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Faster than a speeding chicken

Ben visits the Smokies, bravely runs from children
May 15, 2013

It's been 10 years since slugging first baseman Bucky Jacobsen played his lone season for the Tennessee Smokies, yet his name lives on at Smokies Park in a most unusual way. During each and every game a "Chicken Run" takes place, in which a bright yellow fowl mascot darts across the outfield while being chased by a crazed pack of young fans.

The chicken's name? Clucky Jacobsen.

If you've been following the promotional side of Minor League Baseball for any amount of time, then you know that the simple question of "Now, why would they go and do a thing like that?" is almost always followed by an equally simple answer: "Why not?"

So why was a chicken costume acquired? It all happened about 10 years ago, when team executives Mark Seaman (now with the Hickory Crawdads) and Jeff Shoaf (currently the Smokies assistant general manager) were shooting the breeze after the game. A very rough approximation of this decade-old conversation, as it was relayed to me by Director of Entertainment Ryan Cox prior to Friday evening's game against the Birmingham Barons:

Mark: Look, there's a chicken costume on eBay. We should get it.

Jeff: Yeah, let's do it.

Mark: Done. But what are we going to do with it?

After what was surely an awkward silence, perhaps one that lasted for days, they decided that the chicken suit would be used as a way to, as Cox explained it, "get as many kids on the field at one time as they possibly could." In this regard, it would be similar to between-innings spectacles that I have seen in High Desert and Lake County, among others, in which a gaggle of children chase the mascot across the outfield. As for which team originated this idea -- who knows? But let's go with the Smokies, simply so it can be said that the chicken came first.

And the chicken's name eventually turned out to be "Clucky," in honor of the aforementioned slugging first baseman. This is a solid choice, though a perusal of the 2003 Smokies roster reveals that other options were available. Chris Dunc-hen? Yadier Fowl-ina? Chris Beak-ly? Kevin Spr-egg? We are only limited by our imaginations.

Like baseball itself, the Chicken Run's ramshackle and perhaps apocryphal beginnings hardened over time into a set of immalleable codified rules. The participants can only be between ages 5-12, must wear tennis shoes and cannot carry loose items onto the field with them (kids being notorious scatterers of debris). But despite a rigid adherence to the above regulations, anomalous -- and therefore memorable -- Chicken Runs are bound to occur. As I was speaking with Cox, team president Doug Kirchhofer ambled over and relayed his favorite Chicken Run story.

"We had an intern in the chicken suit, and he was egging the kids on," said Kirchhofer, the pun seemingly unintentional. "And at the end of the race a pitcher from the visitor's bullpen came out and just leveled him. We had to talk the kid down afterwards. He thought he'd been assaulted; he was so mad that he wanted to call the police. It was a blindside tackle, so as you're running, make sure to look out for your blind side. That's what'll get you."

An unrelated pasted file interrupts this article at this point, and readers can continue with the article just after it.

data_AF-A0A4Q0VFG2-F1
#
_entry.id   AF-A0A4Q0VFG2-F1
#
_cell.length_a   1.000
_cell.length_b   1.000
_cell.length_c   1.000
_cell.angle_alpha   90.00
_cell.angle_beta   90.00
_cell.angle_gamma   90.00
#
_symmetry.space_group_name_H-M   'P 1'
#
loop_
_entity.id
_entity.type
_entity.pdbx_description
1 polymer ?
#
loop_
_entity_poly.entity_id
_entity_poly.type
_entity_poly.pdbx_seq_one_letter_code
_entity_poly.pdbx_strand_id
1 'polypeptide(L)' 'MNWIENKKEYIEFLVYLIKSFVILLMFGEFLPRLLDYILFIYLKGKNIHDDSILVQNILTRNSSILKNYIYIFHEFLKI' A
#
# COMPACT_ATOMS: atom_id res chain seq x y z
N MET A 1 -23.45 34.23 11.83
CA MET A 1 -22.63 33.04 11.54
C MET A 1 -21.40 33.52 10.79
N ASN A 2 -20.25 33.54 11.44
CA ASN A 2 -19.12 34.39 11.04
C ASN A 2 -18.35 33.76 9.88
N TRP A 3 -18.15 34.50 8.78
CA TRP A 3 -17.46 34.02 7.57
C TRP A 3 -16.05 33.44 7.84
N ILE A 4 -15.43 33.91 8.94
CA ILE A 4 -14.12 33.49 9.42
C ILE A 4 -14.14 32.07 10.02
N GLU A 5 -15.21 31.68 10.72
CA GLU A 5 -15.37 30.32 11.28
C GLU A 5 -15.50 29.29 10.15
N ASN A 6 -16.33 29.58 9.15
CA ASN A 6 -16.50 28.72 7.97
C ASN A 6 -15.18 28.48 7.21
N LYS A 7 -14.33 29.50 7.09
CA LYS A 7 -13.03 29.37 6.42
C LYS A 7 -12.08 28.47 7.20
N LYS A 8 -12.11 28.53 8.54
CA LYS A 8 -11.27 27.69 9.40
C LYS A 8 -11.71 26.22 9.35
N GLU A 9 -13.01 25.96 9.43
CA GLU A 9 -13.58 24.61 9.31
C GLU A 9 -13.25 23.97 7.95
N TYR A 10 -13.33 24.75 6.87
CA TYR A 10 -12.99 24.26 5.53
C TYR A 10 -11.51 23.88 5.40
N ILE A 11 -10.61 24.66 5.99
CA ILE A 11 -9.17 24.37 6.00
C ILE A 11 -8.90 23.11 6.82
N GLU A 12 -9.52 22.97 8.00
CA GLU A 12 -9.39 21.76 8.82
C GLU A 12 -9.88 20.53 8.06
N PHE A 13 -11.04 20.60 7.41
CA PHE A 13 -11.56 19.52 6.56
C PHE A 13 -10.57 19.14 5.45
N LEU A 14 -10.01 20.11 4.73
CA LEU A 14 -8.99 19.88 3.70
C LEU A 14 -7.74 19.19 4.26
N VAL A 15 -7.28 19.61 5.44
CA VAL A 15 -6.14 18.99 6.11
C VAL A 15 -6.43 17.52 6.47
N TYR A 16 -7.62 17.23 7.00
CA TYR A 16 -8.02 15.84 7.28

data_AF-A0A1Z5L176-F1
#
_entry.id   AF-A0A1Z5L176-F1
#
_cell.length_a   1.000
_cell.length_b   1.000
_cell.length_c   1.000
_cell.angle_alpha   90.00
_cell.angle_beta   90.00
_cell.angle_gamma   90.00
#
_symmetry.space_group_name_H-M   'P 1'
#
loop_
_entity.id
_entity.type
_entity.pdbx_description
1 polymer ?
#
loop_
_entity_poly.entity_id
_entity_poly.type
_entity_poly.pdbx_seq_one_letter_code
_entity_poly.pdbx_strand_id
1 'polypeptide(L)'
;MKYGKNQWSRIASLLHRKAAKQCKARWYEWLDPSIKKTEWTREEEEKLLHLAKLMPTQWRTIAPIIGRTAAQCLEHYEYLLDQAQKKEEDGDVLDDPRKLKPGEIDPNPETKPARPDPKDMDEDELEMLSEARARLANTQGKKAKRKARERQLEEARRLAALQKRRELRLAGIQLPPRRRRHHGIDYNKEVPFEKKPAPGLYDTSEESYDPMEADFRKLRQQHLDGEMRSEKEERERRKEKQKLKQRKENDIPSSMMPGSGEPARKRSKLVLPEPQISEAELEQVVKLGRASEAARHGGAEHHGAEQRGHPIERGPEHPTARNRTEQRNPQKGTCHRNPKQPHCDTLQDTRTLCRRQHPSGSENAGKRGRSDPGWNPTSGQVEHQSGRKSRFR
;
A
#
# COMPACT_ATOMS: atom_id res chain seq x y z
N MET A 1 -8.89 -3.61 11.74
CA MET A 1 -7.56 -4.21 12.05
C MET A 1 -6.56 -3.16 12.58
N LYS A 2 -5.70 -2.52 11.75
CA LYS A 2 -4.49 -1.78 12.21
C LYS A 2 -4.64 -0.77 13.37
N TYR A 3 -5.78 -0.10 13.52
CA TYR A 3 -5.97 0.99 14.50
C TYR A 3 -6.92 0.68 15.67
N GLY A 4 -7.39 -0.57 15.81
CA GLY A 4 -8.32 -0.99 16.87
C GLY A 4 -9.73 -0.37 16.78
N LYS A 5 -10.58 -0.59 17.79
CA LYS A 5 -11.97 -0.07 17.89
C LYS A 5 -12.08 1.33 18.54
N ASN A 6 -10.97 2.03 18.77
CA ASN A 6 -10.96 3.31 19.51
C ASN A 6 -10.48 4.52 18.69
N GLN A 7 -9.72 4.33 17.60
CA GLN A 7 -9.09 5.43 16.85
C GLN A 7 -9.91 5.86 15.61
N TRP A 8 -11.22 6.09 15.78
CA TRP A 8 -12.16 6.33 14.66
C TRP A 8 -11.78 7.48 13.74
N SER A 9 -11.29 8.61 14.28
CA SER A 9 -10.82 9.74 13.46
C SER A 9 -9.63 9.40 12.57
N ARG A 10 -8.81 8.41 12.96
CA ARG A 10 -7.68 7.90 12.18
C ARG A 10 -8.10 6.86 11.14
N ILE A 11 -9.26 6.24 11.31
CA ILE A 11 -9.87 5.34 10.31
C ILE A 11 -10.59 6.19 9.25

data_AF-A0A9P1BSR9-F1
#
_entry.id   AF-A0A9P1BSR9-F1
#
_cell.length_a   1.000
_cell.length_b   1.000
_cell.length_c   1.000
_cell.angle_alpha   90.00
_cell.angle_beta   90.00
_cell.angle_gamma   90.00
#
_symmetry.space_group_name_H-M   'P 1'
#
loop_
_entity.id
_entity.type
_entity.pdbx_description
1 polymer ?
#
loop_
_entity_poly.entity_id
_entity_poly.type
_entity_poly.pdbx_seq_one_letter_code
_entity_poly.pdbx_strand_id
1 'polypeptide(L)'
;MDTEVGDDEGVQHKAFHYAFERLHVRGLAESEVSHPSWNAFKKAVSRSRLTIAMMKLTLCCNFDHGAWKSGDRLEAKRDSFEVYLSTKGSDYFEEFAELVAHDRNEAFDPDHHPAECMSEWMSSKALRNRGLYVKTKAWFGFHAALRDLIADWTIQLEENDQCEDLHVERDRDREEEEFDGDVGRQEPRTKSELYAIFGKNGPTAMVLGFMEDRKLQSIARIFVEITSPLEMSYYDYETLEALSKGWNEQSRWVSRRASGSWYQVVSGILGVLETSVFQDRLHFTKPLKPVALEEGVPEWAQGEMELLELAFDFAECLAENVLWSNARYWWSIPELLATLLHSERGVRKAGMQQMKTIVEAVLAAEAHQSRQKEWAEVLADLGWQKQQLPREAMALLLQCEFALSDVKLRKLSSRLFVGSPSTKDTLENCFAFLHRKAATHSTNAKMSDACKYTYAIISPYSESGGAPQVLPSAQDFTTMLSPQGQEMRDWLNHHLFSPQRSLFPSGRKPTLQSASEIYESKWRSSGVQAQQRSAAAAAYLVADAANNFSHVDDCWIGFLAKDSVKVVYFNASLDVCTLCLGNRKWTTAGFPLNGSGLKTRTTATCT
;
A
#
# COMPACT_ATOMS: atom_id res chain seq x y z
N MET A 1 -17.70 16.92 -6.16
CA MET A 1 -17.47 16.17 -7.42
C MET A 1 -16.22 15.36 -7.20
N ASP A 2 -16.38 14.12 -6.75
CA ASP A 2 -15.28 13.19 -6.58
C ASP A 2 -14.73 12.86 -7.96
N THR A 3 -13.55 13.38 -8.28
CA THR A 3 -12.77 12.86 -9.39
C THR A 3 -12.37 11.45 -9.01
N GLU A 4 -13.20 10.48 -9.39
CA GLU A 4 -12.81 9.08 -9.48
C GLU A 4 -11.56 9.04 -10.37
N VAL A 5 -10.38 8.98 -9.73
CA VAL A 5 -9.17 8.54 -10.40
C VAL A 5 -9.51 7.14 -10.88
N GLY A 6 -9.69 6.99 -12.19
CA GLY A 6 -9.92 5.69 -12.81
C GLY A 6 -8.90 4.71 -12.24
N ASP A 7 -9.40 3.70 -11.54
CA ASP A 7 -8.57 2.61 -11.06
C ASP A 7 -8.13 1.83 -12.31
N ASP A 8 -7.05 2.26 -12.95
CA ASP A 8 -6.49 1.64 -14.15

Kirchhofer's use of "you" wasn't in the general sense. He was speaking to me directly, as I had been picked to run as Clucky that evening. (Community relations assistant Samantha Nicholson is usually tasked with this responsibility, and she had no problem relinquishing it. None whatsoever.) I suited up in the top of the third inning, putting on red socks, a yellow zip-up one-piece suit, and -- by far, the worst part -- a vision-obscuring and stiflingly hot rubber mask. The thought of wearing this mask during a July afternoon in East Tennessee is already giving me nightmares, and I offer my fullest sympathies and respect to Nicholson. She is a stronger person than I am.

During our slow concourse walk to the left-field gate (where the Chicken Run commences), the reactions from the young fans varied. The littlest ones often approached sheepishly and then were delighted by a high five, while those who had reached double digits in age often reverted to cruel taunts.

"Chicken, chicken, I'm going to eat you!" said one boy, who was 11 years old or thereabouts. "You'd be so tender."

The terrifying thought of being torn limb from limb by bloodthirsty prepubescents was on my mind as we lined up by the left-field gate, and I was grateful for the presence of Community Relations Director Lauren Chesney. She ably kept the kids in check as we waited for the (seemingly interminable) top of the fourth inning to conclude and assured me that I would be given a big-head start as "the chicken is untouchable."

But what if I fall? What if I'm not as fast as I think I am? What if the mask obscures my vision to such an extent that everything is my blind side? What if some twisted denizen of the visitors' bullpen possesses murderous intent?

These "what if?" scenarios melted away once the gate swung open, replaced by an urge possessed by all chickens since time immemorial: to get to the other side. And get there I did, moving as fast as my legs could carry me and arriving unscathed in that right field promised land before ducking into the tunnel adjacent to the visitor's dugout.

Clucky Jacobsen, tender though he may be, had lived to see another day.

Benjamin Hill is a reporter for and writes Ben's Biz Blog.